The Strategic Pillars of Human Resources

Earlier this summer, our colleague Mark Nevins was invited to participate in and moderate a panel forum on the topic of strategic human resources. The panel was conceived by Mark Berkowitz, Senior Vice President at Ambrose, a firm that partners with boutique organizations to provide outsourced HR solutions.

The panel participants, a highly intelligent and energetic group, were Greg Stoskopf, a director in Deloitte's Human Capital practice; Leander Lesure, Vice President of Human Resources at American Express; and Jeff Smith, Managing Director and Head of Global Human Resources at Blackrock. The audience was made up principally of leaders from private equity firms, hedge funds, and other similar small-sized businesses which are dynamic, growth-minded, and employ smart and demanding professionals.

The dialogue was lively from the get-go, as the panelists and audience wrestled with what ended up being the core question of the day: What, really, are the key areas where human resources drives strategic value for a business? What are, in a phrase the group came up with, the “strategic pillars of HR”?

After a fair amount of conversation, the group settled on five Strategic Pillars of Human Resources:

1. Performance Orientation: Aligning HR processes first and foremost with the company's business and strategic objectives. Ensuring that HR is seen as a function whose raison d'etre is to support the achievement of those objectives. Eliminating low value-added HR activities.

2. Effective Talent Management: Getting the very best people, and putting them into the right roles. Retaining high performers, and actively moving out the people who are not a good fit. Conducting pragmatic and focused organization and succession planning.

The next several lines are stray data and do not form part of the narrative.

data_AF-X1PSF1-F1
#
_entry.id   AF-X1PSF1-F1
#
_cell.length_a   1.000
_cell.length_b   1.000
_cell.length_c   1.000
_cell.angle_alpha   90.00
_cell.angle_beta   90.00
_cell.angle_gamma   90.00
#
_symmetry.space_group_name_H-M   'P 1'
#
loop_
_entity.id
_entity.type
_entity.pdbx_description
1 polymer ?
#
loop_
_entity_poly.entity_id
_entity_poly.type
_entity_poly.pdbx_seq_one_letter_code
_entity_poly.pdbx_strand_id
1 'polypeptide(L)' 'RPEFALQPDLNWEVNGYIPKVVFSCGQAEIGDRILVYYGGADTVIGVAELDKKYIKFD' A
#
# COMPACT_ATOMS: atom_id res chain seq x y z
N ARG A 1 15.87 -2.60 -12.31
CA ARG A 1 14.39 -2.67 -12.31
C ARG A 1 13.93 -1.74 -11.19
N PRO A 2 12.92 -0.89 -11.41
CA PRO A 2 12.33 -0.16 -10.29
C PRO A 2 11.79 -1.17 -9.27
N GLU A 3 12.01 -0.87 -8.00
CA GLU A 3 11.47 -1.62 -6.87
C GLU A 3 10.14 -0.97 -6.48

3. Explicit Culture: (Related to talent since people create culture.) Foregrounding culture, and being explicit about values and expectations. Ensuring that critical positions are held by high performers who also truly live the culture and values.

4. No-Nonsense Compensation: Rewarding the desired behaviors and values as well as performance. Paying for what people do, as well as how they do it. Being sensitive to the importance of non-financial rewards and recognition.

5. Learning and Development: Treating people as assets whose value can be increased through investment. Making teaching and learning part of the day-to-day experience, not just the job of training programs. Starting learning and development from the top of the house down.

Since the audience was mostly made up of leaders of smaller companies that often have limited resources and infrastructure, and sometimes don't even have a true head of HR, the conversation stayed pragmatic and action-oriented. Light on theory, heavy on “what really works.”

The other excellent question of the day, directed at each of the panelists, was: “If you were to start a company tomorrow, recognizing that resources would be limited, what aspects of HR would you absolutely not let go of?”

The answers the panelists gave were consistent and powerful:

- Keep it simple: Focus on the most important aspects of organization effectiveness, including clarifying strategy and ensuring alignment of the senior team.

- Foster clarity of purpose: What kind of people do we need to accomplish our goals? How can we assess them and measure their effectiveness? What are the standards and expectations?

- Put the focus on people not processes: Strategic recruiting; simple and clear feedback and performance management; high impact development programs; reward and promotion criteria that reflect values as well as results. Don't bury the strategic in the transactional.

- Key on a few core values or drivers of culture, and propagate them: For example, client focus, flexibility, results driven, "talent is king."

- Ensure that the business owns the talent: Hold managers accountable for developing and retaining people, and make sure that the people strategy is visibly driven from the top of the house.

The Ambrose panel was a great opportunity to take a fresh look at the core assumptions that drive how we think about and manage our people and organizations. Of course, the question for leaders is: Where are your focal areas in terms of people and human capital? Where does your company focus its organization and people development efforts? What are your organization's "strategic pillars of HR," and what are you doing to ensure their strength, effectiveness, and vitality?

We'd love to hear your thoughts and reactions. Send us a note:

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